Page Banner

United States Department of Agriculture

Agricultural Research Service

Research Project: DEVELOPMENT OF DETECTION TECHNOLOGIES FOR TOXINS AND THEIR VALIDATION IN FOOD MATRICES Title: Detection of botulinum neurotoxin-A activity in food by peptide cleavage assay

Authors
item Rasooly, Reuven
item Stanker, Larry
item Carter, John
item Do, Paula
item Cheng, Luisa Wai Wai
item He, Xiaohua
item Brandon, David

Submitted to: International Journal of Food Microbiology
Publication Type: Peer Reviewed Journal
Publication Acceptance Date: May 13, 2008
Publication Date: May 13, 2008
Citation: Rasooly, R., Stanker, L.H., Carter, J.M., Do, P.M., Cheng, L.W., He, X., Brandon, D.L. 2008. In vitro peptide cleavage assay for detection of Botulinum Neurotoxin-A activity in food. International Journal of Food Microbiiology. 126 (2008):135-139

Interpretive Summary: Botulinum neurotoxins (BoNT) produced by some bacteria, are a cause of food poisoning. Because these toxins are extremely poisonous, they might be used for intentional contamination of food in an incident of terrorism. This paper describes detection of BoNT in juice and milk using an improved method. The method is based on a unique material that is converted by the toxin into a highly fluorescent dye. The improved method is sensitive enough to detect very small amounts of BoNT that are dangerous to humans. Because it is relatively fast and inexpensive, this method could be used for large scale screening of BoNT in food. It could also replace the widely-used live mouse test for BoNT.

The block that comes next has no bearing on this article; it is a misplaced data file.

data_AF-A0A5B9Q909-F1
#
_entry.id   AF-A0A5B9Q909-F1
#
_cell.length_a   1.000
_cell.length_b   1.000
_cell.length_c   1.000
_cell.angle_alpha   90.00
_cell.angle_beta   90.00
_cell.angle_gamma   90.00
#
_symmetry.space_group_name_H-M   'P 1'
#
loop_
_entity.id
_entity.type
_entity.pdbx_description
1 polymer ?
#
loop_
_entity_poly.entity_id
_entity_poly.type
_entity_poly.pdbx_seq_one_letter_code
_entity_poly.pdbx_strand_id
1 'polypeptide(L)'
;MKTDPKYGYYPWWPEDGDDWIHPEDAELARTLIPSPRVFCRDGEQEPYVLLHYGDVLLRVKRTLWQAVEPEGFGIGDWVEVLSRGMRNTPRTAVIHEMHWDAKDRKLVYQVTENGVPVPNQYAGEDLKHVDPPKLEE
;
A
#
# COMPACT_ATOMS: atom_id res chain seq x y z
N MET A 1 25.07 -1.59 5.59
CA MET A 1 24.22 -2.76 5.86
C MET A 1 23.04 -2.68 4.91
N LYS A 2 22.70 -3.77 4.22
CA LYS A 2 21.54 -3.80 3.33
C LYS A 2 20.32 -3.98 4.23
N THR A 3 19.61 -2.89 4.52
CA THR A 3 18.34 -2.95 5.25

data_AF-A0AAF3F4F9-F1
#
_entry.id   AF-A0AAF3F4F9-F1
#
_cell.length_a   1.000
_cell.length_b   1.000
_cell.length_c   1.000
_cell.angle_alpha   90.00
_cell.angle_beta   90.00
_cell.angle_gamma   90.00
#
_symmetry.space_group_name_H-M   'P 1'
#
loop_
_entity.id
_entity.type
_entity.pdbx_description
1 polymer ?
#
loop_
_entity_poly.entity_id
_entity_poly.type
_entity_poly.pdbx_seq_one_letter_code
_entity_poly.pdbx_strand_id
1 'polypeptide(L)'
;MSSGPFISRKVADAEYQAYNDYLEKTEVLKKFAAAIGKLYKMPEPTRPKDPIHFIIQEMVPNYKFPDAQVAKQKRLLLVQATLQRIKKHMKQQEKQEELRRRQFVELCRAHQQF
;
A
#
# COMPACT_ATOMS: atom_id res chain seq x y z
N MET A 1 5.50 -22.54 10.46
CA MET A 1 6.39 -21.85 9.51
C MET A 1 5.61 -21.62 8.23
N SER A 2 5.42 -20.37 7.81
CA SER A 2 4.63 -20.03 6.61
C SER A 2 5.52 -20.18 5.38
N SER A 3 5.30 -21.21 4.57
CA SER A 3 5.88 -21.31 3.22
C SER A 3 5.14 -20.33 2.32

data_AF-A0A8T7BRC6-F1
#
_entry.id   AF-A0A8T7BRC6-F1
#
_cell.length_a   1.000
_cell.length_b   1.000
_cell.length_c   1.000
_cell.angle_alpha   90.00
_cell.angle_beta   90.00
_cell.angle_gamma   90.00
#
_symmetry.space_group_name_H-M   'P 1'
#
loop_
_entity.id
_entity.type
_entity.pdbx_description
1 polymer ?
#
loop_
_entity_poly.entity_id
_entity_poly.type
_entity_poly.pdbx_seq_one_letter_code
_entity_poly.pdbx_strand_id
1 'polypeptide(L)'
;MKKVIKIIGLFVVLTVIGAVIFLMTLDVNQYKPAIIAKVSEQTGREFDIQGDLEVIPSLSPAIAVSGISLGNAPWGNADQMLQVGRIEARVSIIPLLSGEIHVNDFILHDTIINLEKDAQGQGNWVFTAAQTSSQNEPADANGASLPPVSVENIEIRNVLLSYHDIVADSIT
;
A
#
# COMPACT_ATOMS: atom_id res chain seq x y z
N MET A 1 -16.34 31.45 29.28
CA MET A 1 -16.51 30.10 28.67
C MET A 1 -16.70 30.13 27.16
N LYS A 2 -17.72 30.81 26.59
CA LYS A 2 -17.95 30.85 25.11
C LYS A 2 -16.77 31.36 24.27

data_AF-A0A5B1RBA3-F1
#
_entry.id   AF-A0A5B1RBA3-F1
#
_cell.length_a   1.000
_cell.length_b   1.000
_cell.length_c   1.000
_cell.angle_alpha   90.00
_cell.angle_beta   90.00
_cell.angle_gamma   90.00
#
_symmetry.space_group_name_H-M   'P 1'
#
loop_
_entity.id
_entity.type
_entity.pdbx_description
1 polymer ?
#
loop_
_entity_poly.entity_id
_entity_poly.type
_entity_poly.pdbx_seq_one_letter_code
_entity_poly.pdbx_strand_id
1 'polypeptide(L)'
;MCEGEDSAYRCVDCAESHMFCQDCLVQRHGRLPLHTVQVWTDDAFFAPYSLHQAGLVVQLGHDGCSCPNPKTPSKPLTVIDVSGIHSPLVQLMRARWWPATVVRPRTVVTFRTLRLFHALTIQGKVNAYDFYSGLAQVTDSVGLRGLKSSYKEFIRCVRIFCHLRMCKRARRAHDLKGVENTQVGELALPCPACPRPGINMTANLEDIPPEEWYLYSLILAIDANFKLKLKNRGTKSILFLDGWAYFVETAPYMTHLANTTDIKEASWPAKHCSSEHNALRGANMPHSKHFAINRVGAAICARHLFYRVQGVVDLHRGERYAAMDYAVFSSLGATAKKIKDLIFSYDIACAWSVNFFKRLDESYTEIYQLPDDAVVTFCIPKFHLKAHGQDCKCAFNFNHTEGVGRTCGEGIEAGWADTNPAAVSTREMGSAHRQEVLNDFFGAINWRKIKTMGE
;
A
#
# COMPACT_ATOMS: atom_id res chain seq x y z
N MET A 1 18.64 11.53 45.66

Technical Abstract: The World Health Organization (WHO) and U.S. Centers for Disease Control and Prevention (CDC) have labeled botulinum toxins as a high priority biological agent that may be used in terrorist attacks against food supplies. Due to this threat there is an increased need to develop fast and effective methods to detect active botulinum neurotoxins (BoNTs). This study reports the successful use of internally quenched fluorogenic peptide as a fast, simple and inexpensive alternative to the mice bioassay. Our results show that in less than 15 minutes we are able to detect 9.4 ng of BoNT-A in liquid food items similar to those that caused a recent outbreak of botulism in Georgia and Florida. The detection level is far below the human lethal oral dose of 70 ug of toxin for 70 kg of body weight. Our results also show that by using immunomagnetic beads containing monoclonal antibodies that target the toxin heavy chain, we are able to concentrate the toxin without neutralizing its enzymatic activity. This fast and effective tool could be used for large scale screenings for the detection of BoNT-A.

Last Modified: 7/28/2014